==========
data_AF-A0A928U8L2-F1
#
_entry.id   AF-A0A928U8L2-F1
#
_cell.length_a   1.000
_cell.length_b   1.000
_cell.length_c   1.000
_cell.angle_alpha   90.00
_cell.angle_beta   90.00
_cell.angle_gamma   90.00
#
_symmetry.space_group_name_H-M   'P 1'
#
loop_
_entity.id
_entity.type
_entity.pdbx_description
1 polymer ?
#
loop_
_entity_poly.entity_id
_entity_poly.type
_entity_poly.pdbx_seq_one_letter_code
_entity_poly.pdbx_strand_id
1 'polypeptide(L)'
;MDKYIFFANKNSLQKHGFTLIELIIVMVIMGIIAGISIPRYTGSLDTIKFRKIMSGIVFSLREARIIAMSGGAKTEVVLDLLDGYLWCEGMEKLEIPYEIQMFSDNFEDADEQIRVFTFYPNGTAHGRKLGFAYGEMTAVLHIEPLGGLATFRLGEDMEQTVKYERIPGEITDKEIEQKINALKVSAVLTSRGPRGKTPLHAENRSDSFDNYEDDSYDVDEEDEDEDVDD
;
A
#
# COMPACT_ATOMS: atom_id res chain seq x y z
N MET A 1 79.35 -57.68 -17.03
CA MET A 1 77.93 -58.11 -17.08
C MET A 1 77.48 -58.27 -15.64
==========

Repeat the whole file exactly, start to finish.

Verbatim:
data_AF-A0A928U8L2-F1
#
_entry.id   AF-A0A928U8L2-F1
#
_cell.length_a   1.000
_cell.length_b   1.000
_cell.length_c   1.000
_cell.angle_alpha   90.00
_cell.angle_beta   90.00
_cell.angle_gamma   90.00
#
_symmetry.space_group_name_H-M   'P 1'
#
loop_
_entity.id
_entity.type
_entity.pdbx_description
1 polymer ?
#
loop_
_entity_poly.entity_id
_entity_poly.type
_entity_poly.pdbx_seq_one_letter_code
_entity_poly.pdbx_strand_id
1 'polypeptide(L)'
;MDKYIFFANKNSLQKHGFTLIELIIVMVIMGIIAGISIPRYTGSLDTIKFRKIMSGIVFSLREARIIAMSGGAKTEVVLDLLDGYLWCEGMEKLEIPYEIQMFSDNFEDADEQIRVFTFYPNGTAHGRKLGFAYGEMTAVLHIEPLGGLATFRLGEDMEQTVKYERIPGEITDKEIEQKINALKVSAVLTSRGPRGKTPLHAENRSDSFDNYEDDSYDVDEEDEDEDVDD
;
A
#
# COMPACT_ATOMS: atom_id res chain seq x y z
N MET A 1 79.35 -57.68 -17.03
CA MET A 1 77.93 -58.11 -17.08
C MET A 1 77.48 -58.27 -15.64